Right now, I am appealing to all writers out there or just enthusiastic amateur mycologists-even if you have never written an article before.Now is the time to think about writing one. I hope that you are inspired by the new Spring growth.Thinking about  a current topic like Morels (think about the types, habitats, ecology) or just Spring mushrooms, might inspire an article. You may already know a lot, or you can research a topic that you want to learn more about. This is a way to share. Others want to know more too, I assure you!
If you have a special interest, such as ecology, identification, a certain mushroom, food, mushroom art, cooking, photography, etc., please share it with us. Maybe you have other forms of expressing your interest such as  fungi related poetry or visual art to share.Your contributions will enhance the learning experience for all of us. You do not need to be an expert writer or mycologist, just have an interest and research the topic as needed. I am looking forward to hearing from you and seeing your contributions add to an enriching  experience for others browsing our website.

As our walks begin, please also consider how you might volunteer to help on the walk. There are many tasks that go into having a walk. Can you help pass out sign -up sheets, help ID afterwards. Ask us, we’ll let you know what we may need help with. More on this later…Lisa 5-14-2014

Newsletter from our President 5/12/2014

  • Some notes to pave the way for a great start to our season of walks:
  • First, I would like to say “Congratulations” to the winner of our first morel contest, Henning Grentz! Henning sent beautiful photos of morels, found in Rosendale, next to today’s newspaper (authenticating the date found). Henning reports that he found a couple of black morels this past Thursday, May 9 in the Rosendale area.
  • The club holds “the first morel contest” every year as a way of tracking when morels appear in our area from year to year. There have been other reports of earlier sitings in Orange, Dutchess and in Ulster Counties. Henning told us that his  friend, Jens Verhaeg, showed him black morels  that he had found last Saturday, May 3rd, in the New Paltz area. So, if you find the first morel next year, please be sure to send us a picture (one that shows a verifiable date (according to the contest rules that are sent) so that we can keep track.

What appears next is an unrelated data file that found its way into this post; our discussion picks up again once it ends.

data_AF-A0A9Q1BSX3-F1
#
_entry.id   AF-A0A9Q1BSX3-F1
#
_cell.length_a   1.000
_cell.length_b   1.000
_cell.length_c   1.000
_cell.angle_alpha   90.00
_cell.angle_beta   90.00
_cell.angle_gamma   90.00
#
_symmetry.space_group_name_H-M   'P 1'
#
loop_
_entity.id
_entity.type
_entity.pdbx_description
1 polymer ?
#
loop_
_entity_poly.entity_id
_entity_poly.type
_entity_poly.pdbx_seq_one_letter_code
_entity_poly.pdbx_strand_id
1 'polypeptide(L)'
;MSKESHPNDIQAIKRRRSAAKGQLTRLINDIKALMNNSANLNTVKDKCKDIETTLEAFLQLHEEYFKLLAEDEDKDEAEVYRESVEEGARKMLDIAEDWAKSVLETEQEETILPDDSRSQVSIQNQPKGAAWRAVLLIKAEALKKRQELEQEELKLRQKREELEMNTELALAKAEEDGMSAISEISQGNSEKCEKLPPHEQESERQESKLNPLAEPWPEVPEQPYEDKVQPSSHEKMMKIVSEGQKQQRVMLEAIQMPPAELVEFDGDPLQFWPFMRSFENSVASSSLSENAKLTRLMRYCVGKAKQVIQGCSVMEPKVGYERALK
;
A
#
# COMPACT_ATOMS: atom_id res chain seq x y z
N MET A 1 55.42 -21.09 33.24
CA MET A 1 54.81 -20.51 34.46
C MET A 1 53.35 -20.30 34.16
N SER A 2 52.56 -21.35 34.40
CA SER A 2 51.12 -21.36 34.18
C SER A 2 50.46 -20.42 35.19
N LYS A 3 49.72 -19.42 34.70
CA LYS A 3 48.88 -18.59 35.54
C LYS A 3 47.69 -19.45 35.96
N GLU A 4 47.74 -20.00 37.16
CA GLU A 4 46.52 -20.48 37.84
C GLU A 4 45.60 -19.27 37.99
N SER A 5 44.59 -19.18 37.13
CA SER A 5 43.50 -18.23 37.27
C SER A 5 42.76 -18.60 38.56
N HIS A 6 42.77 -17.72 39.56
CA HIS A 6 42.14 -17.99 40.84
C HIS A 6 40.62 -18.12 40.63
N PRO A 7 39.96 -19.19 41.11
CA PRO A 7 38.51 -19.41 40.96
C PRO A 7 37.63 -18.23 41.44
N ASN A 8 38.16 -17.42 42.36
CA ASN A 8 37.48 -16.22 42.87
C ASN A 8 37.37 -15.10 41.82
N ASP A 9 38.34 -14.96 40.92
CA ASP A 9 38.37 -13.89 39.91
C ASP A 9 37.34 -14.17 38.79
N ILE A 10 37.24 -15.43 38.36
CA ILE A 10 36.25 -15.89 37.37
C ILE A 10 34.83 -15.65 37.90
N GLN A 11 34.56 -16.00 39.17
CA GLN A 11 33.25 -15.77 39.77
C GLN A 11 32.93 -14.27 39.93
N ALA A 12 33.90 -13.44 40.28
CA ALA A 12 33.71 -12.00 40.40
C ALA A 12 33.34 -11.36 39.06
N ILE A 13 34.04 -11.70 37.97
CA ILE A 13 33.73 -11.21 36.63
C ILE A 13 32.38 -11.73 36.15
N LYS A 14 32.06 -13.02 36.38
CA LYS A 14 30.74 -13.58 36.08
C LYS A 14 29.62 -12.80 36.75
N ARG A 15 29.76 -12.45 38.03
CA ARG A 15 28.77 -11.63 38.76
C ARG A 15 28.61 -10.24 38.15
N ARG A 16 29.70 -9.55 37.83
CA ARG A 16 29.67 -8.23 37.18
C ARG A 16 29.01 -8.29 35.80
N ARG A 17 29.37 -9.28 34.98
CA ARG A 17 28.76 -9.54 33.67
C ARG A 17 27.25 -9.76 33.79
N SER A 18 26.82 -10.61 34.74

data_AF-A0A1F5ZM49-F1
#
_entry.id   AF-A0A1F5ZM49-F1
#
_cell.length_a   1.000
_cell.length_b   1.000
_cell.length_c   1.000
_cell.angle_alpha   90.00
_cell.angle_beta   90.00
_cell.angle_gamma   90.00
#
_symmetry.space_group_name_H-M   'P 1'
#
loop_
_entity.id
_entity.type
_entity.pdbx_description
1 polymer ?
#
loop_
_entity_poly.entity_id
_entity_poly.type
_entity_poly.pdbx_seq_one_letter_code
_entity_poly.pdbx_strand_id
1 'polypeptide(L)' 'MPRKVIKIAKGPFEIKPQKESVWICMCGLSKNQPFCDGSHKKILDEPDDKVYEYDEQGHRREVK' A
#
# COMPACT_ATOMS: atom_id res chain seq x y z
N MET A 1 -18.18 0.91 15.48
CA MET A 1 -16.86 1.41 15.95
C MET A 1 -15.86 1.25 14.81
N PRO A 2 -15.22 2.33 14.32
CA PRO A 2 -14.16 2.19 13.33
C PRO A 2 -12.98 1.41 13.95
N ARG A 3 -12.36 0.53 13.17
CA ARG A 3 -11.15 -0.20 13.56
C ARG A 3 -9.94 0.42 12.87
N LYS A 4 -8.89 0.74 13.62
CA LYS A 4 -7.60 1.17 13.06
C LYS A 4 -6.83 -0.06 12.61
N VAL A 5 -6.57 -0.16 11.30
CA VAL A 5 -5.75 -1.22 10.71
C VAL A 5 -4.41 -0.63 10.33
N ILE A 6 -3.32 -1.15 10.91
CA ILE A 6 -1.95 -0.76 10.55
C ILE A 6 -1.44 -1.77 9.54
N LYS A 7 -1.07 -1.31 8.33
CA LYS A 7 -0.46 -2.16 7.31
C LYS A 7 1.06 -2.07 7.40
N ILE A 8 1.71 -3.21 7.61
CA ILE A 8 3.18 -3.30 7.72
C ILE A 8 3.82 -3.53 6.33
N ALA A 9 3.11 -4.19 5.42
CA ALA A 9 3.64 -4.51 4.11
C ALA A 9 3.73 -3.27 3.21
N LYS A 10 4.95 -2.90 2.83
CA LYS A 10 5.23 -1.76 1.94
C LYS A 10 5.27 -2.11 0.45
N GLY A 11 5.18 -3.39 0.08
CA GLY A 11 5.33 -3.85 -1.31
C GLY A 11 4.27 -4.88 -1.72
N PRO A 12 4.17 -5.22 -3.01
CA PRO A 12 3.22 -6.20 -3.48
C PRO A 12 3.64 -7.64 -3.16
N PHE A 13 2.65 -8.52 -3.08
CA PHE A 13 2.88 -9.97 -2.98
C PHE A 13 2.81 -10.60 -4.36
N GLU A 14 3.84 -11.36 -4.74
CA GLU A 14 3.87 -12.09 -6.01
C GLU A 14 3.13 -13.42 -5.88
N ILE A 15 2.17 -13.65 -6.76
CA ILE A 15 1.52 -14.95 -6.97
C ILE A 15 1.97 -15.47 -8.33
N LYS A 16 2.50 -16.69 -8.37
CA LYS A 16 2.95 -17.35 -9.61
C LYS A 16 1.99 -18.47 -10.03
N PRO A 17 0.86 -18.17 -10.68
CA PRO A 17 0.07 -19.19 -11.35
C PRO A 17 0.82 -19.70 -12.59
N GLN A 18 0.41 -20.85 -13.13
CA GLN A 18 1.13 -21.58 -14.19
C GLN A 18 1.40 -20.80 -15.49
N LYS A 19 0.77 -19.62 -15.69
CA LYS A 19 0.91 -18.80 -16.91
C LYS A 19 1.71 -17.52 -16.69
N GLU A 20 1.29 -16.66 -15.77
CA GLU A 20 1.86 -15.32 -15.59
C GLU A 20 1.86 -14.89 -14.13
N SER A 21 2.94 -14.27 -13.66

• The club postponed its usual Mother’s Day walk morel walk this past weekend because none were found in our regular walk location near Poughkeepsie. Jill, our walks coordinator, has been working hard, as always, to schedule morel walks where people attending will actually be able to see and identify morels. Thank you Robert for scouting! It looks like our first morel walks will be this coming weekend. Stay, tuned to our website and your e-mail (members only) for the details.
  • Now that we are outside, hiking, gathering morels, other wild edibles, or just enjoying Spring hikes and mother nature, please be careful!! Deer ticks carrying Lyme disease are rampant in our area. It is not worth getting a debilitating disease for a taste of wild edibles or just to walk outdoors. There are many things you can do to prevent getting Lyme disease- a disease that causes neurological and muscular abnormalities. This and other websites have many links on prevention, diagnosis and treatment. http://www.nlm.nih.gov/medlineplus/lymedisease.html#cat57